Richard ssell Agricultural Research Center

College Park, GA, United States

Richard ssell Agricultural Research Center

College Park, GA, United States
Time filter
Source Type

Pedroso A.A.,University of Georgia | Hurley-Bacon A.L.,Merial | Zedek A.S.,Zoetis Animal Health | Kwan T.W.,University of Georgia | And 7 more authors.
International Journal of Environmental Research and Public Health | Year: 2013

Food animal production systems have become more consolidated and integrated, producing large, concentrated animal populations and significant amounts of fecal waste. Increasing use of manure and litter as a more "natural" and affordable source of fertilizer may be contributing to contamination of fruits and vegetables with foodborne pathogens. In addition, human and animal manure have been identified as a significant source of antibiotic resistance genes thereby serving as a disseminator of resistance to soil and waterways. Therefore, identifying methods to remediate human and animal waste is critical in developing strategies to improve food safety and minimize the dissemination of antibiotic resistant bacteria. In this study, we sought to determine whether withdrawing antibiotic growth promoters or using alternatives to antibiotics would reduce the abundance of antibiotic resistance genes or prevalence of pathogens in poultry litter. Terminal restriction fragment length polymorphism (T-RFLP) paired with high throughput sequencing was used to evaluate the bacterial community composition of litter from broiler chickens that were treated with streptogramin growth-promoting antibiotics, probiotics, or prebiotics. The prevalence of resistance genes and pathogens was determined from sequencing results or PCR screens of litter community DNA. Streptogramin antibiotic usage did not elicit statistically significant differences in Shannon diversity indices or correlation coefficients among the flocks. However, T-RFLP revealed that there were inter-farm differences in the litter composition that was independent of antibiotic usage. The litter from all farms, regardless of antibiotic usage, contained streptogramin resistance genes (vatA, vatB, and vatE), macrolide-lincosamide-streptogramin B resistance genes (ermA and ermB), the tetracycline resistance gene tetM and class 1 integrons. There was inter-farm variability in the distribution of vatA and vatE with no statistically significant differences with regards to usage. Bacterial diversity was higher in litter when probiotics or prebiotics were administered to flocks but as the litter aged, diversity decreased. No statistically signficant differences were detected in the abundance of class 1 integrons where 3%-5% of the community was estimated to harbor a copy. Abundance of pathogenic Clostridium species increased in aging litter despite the treatment while the abundance of tetracycline-resistant coliforms was unaffected by treatment. However some treatments decreased the prevalence of Salmonella. These findings suggest that withdrawing antibiotics or administering alternatives to antibiotics can change the litter bacterial community and reduce the prevalence of some pathogenic bacteria, but may not immediately impact the prevalence of antibiotic resistance. © 2013 by the authors; licensee MDPI, Basel, Switzerland.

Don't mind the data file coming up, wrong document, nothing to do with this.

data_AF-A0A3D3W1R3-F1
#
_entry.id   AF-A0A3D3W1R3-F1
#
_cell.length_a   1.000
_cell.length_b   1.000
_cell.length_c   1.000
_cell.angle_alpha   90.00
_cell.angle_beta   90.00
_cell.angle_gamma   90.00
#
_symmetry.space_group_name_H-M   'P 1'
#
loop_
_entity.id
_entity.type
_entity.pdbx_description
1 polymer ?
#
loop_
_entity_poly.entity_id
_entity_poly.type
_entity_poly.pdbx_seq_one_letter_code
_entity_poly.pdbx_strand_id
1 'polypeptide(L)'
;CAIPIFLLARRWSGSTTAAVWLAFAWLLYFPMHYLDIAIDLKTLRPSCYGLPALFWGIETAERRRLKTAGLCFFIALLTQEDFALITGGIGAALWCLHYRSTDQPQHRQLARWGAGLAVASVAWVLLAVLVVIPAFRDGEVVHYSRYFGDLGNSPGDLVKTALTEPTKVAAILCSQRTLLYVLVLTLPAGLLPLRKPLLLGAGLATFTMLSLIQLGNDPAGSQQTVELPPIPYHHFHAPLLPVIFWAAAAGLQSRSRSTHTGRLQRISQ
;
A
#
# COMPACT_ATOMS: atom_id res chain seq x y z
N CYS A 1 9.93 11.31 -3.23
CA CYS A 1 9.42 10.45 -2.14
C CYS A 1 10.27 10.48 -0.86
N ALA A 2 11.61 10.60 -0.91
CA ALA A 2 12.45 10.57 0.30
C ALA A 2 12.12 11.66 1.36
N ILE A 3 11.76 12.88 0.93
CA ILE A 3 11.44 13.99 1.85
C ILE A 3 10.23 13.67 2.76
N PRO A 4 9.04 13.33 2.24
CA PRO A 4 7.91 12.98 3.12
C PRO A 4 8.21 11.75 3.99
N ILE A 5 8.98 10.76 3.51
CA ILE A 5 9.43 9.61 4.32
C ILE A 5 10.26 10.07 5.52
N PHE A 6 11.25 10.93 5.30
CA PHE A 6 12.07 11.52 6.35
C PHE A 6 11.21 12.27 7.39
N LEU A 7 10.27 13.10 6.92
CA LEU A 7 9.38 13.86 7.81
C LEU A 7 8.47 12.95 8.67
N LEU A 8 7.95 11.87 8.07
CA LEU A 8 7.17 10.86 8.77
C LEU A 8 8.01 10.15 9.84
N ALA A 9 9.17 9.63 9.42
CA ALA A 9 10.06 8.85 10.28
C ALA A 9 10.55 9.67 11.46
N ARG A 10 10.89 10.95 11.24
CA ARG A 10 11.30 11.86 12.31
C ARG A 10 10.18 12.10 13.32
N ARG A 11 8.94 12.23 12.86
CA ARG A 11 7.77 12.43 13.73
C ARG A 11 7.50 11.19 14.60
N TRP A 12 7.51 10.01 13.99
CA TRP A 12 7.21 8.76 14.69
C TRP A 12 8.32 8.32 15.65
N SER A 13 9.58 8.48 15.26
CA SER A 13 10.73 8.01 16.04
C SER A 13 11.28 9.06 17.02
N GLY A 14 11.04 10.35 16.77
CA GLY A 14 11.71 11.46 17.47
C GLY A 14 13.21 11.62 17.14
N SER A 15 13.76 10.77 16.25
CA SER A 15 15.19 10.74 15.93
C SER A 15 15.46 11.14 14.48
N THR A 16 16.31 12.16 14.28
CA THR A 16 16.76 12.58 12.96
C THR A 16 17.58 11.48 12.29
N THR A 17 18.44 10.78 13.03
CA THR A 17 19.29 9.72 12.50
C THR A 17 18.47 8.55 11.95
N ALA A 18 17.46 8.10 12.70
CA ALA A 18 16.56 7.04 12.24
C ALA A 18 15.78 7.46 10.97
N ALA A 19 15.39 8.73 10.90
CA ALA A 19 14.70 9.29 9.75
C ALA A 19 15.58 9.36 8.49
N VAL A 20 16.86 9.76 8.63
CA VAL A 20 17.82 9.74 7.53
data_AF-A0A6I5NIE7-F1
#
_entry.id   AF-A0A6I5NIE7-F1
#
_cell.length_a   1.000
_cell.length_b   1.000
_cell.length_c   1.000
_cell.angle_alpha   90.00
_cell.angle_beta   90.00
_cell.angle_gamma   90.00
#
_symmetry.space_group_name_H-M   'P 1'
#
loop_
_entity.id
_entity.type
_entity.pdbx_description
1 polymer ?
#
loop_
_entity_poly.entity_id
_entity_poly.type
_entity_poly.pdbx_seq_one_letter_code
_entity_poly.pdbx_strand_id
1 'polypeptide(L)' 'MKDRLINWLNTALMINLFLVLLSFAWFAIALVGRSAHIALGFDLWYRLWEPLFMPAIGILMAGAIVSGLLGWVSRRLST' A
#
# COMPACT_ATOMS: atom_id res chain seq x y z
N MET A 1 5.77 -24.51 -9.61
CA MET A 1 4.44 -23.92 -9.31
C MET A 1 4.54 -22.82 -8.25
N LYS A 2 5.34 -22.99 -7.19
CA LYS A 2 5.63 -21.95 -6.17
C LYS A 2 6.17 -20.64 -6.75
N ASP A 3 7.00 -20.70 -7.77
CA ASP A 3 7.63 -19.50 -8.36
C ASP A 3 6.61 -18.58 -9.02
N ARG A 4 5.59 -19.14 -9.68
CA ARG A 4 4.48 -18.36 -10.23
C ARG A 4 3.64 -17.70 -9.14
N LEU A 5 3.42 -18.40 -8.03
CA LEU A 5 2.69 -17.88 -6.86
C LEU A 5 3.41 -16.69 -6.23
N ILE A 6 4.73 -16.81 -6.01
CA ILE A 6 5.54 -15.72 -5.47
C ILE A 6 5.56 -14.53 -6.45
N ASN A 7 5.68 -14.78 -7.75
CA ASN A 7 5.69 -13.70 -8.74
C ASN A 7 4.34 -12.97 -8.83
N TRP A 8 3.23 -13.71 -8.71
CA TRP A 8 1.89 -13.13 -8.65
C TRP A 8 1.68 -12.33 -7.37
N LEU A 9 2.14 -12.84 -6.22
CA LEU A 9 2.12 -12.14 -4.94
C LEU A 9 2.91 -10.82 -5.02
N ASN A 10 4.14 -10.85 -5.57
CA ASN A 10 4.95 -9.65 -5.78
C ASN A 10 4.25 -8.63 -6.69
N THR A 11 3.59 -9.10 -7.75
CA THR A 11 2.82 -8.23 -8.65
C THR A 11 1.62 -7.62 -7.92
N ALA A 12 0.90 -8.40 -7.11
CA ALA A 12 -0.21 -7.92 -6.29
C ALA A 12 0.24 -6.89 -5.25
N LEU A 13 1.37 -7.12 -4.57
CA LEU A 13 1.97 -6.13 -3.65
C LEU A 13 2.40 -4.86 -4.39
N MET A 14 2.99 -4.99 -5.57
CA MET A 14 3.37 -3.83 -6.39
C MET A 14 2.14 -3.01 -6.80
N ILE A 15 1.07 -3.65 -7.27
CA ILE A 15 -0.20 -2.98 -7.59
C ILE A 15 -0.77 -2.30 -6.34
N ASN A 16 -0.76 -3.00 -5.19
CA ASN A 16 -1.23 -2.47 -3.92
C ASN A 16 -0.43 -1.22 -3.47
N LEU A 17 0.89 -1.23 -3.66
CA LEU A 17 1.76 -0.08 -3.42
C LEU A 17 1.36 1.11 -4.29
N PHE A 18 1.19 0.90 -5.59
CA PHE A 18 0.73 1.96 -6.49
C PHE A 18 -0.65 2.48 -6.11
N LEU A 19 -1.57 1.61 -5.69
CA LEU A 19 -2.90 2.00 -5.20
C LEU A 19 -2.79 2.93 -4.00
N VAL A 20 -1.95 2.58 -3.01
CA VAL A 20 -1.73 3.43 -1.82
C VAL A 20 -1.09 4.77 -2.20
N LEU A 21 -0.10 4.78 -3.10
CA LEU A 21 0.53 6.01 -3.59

Chen C.-Y.,U.S. Department of Agriculture | Lindsey R.L.,Richard ssell Agricultural Research Center | Strobaugh Jr. T.P.,U.S. Department of Agriculture | Frye J.G.,Richard ssell Agricultural Research Center | Meinersmann R.J.,Richard ssell Agricultural Research Center
Applied and Environmental Microbiology | Year: 2010

Multi-antimicrobial-resistant Salmonella enterica strains frequently carry resistance genes on plasmids. Recent studies focus heavily on large conjugative plasmids, and the role that small plasmids play in resistance gene transfer is largely unknown. To expand our previous studies in assessing the prevalence of the isolates harboring ColE1-like plasmids carrying the aph gene responsible for kanamycin resistance (Kanr) phenotypes, 102 Kan r Salmonella isolates collected through the National Antimicrobial Resistance Monitoring System (NARMS) in 2005 were screened by PCR using ColE1 primer sets. Thirty isolates were found to be positive for ColE1-like replicon. Plasmids from 23 isolates were able to propagate in Escherichia coli and were subjected to further characterization. Restriction mapping revealed three major plasmid groups found in three or more isolates, with each group consisting of two to three subtypes. The aph genes from the Kanr Salmonella isolates were amplified by PCR, sequenced, and showed four different aph(3')-I genes. The distribution of the ColE1 plasmid groups in association with the aph gene, Salmonella serovar, and isolate source demonstrated a strong linkage of the plasmid with S. enterica serovar Typhimurium DT104. Due to their high copy number and mobility, the ColE1-like plasmids may play a critical role in transmissionof antibiotic resistance genes among enteric pathogens, and these findings warrant a close monitoring of this plasmid incompatibility group. © 2010, American Society for Microbiology.